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"Too Late" - by Dan Agbese

Many of us wonder why Buhari chose to conceive of and implement a monetary policy that anyone could see has the potential to damage whatever legacies he intends to leave for his fellow Nigerians.


By Dan Agbese

At long last President Buhari condescended to address his fellow Nigerians on his controversial monetary policy – the so-called redesign of three denominations of the national currency, on February 16. He did what he should have done from the beginning to inform and educate the public on why he chose to do it and what the economy, the people and the country stand to gain from it. But given his famous penchant towards rulership instead of leadership, he tends to treat his policies as divine imperatives beyond question by mere mortals. The air has gone of out his know-it-all balloon.

And then this one blew up in his face and he was forced to do what he hates to do – talk to his fellow Nigerians – in an effort to do the ultimate damage control himself. The damage to our national economy and his own image is by now extensive. Protests over naira scarcity has led to avoidable deaths and destruction. Angry fellow Nigerians denied the right to get their money from the banks after waiting in line for hours, took it out on some branches of the banks and torched them in various parts of the country. There is anger and there is hunger and there is poverty imposed on the people.

A flurry of litigations against the federal government flooded the Supreme Court as parts of efforts to legally force the president and his alter ego, the governor of the Central Bank of Nigeria, Godwin Emefiele, to appreciate the telling fact that their policy had become a clear and obvious danger to the people and the country. They refused to listen to anyone and stuck to their collective self-righteous wisdom when leadership rather than rulership recommended itself for their due consideration.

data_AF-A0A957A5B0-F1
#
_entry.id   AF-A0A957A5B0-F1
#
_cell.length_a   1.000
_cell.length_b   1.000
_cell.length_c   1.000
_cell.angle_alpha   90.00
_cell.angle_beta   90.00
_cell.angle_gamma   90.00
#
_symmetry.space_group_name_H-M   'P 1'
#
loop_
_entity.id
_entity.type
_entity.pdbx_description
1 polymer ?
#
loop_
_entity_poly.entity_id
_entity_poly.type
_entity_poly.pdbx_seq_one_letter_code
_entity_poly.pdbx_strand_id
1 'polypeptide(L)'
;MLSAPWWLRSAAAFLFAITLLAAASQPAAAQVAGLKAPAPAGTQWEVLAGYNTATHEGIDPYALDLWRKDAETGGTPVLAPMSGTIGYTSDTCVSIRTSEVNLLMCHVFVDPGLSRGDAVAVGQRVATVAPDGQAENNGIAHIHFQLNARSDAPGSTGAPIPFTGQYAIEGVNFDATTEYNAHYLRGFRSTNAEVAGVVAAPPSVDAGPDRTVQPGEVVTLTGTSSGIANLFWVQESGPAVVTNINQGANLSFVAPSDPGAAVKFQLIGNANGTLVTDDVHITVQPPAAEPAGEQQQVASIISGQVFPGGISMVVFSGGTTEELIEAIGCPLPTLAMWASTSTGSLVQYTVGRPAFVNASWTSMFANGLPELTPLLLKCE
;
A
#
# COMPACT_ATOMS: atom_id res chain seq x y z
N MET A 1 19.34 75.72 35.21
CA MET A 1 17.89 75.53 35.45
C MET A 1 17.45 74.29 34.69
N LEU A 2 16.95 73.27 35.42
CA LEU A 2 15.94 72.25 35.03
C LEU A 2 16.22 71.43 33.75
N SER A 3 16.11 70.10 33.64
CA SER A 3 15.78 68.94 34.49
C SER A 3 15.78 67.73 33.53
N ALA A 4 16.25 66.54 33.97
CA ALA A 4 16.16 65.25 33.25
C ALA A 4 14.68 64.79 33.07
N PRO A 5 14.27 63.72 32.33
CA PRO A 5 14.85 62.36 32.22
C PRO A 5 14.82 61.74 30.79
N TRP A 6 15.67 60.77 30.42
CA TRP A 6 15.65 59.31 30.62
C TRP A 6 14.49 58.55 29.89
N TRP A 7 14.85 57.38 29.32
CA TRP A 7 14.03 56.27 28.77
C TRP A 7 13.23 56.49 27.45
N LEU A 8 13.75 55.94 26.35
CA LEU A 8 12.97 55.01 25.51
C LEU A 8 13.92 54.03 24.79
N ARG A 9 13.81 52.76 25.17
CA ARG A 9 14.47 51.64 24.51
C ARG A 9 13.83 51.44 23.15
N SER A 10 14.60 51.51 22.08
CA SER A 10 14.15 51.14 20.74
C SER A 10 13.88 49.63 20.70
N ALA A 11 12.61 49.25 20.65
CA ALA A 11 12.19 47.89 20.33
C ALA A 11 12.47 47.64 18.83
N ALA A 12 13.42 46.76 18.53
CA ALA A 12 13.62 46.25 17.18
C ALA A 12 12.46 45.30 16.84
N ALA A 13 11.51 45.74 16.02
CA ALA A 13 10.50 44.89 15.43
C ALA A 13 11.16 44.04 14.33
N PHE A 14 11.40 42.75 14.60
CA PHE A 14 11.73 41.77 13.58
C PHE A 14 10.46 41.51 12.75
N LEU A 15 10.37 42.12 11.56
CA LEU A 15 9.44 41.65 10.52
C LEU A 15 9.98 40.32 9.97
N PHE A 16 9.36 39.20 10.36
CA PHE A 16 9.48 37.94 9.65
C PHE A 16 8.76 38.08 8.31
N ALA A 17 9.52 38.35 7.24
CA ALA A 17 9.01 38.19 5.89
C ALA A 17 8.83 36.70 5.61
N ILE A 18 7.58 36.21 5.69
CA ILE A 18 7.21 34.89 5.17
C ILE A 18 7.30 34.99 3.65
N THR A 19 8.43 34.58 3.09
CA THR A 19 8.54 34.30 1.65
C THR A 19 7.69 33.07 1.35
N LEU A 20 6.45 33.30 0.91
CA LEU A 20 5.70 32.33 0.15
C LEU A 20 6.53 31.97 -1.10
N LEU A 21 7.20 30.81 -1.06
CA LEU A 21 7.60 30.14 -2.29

None of this should have happened, at least not at this time and in the manner the policy was rammed down our throats. The policy is a pile on on our distress as a nation. Our misery index has naturally risen towards the stratosphere. We are spending hours at fuel stations daily. That in itself is a huge challenge and one that has been with us for as long as anyone can remember.

The economy is reeling from nearly eight years of poor management. With some 77 trillion-naira debts on its scrawny neck, the spin doctors are hard put to present it as healthy. The softness in the national economy has consequently sunk more and more of Buhari’s fellow Nigerians below the poverty line. At the last count, some 138 million of us were officially classified as poor. We still remain the poverty capital of the world, a feat achieved under Buhari’s watch.

Our country, whatever the president’s spin doctors might say, is confronted with a multitude of challenges that cannot be tackled with a policy decision that aggravates them. This country is the least ready of nations for a cashless economy. There are no infrastructures for its implementation in the urban and rural areas. What has taken other developed nations years of a gradual process to address must be made to bend to our kia-kia mentality. A cashless economy cannot reflate our national economy, let alone respond to the many challenges it faces.

The president might have meant well, as he tried to educate us in his broadcast yesterday but still, the following stick out. One, it has aggravated our national poverty. Buhari does not need this in the twilight zone of his presidency. He is leaving us with the legacy of a poorly managed economy. That is bad enough. It was unconscionable to pile it on because he aims to reign in the use of money as a tool for elections. Elections everywhere in the world cost lots of money. In only rare cases do those with deep pockets fail to win the trophy. Money fought for his election in 2015 and his re-election in 2019.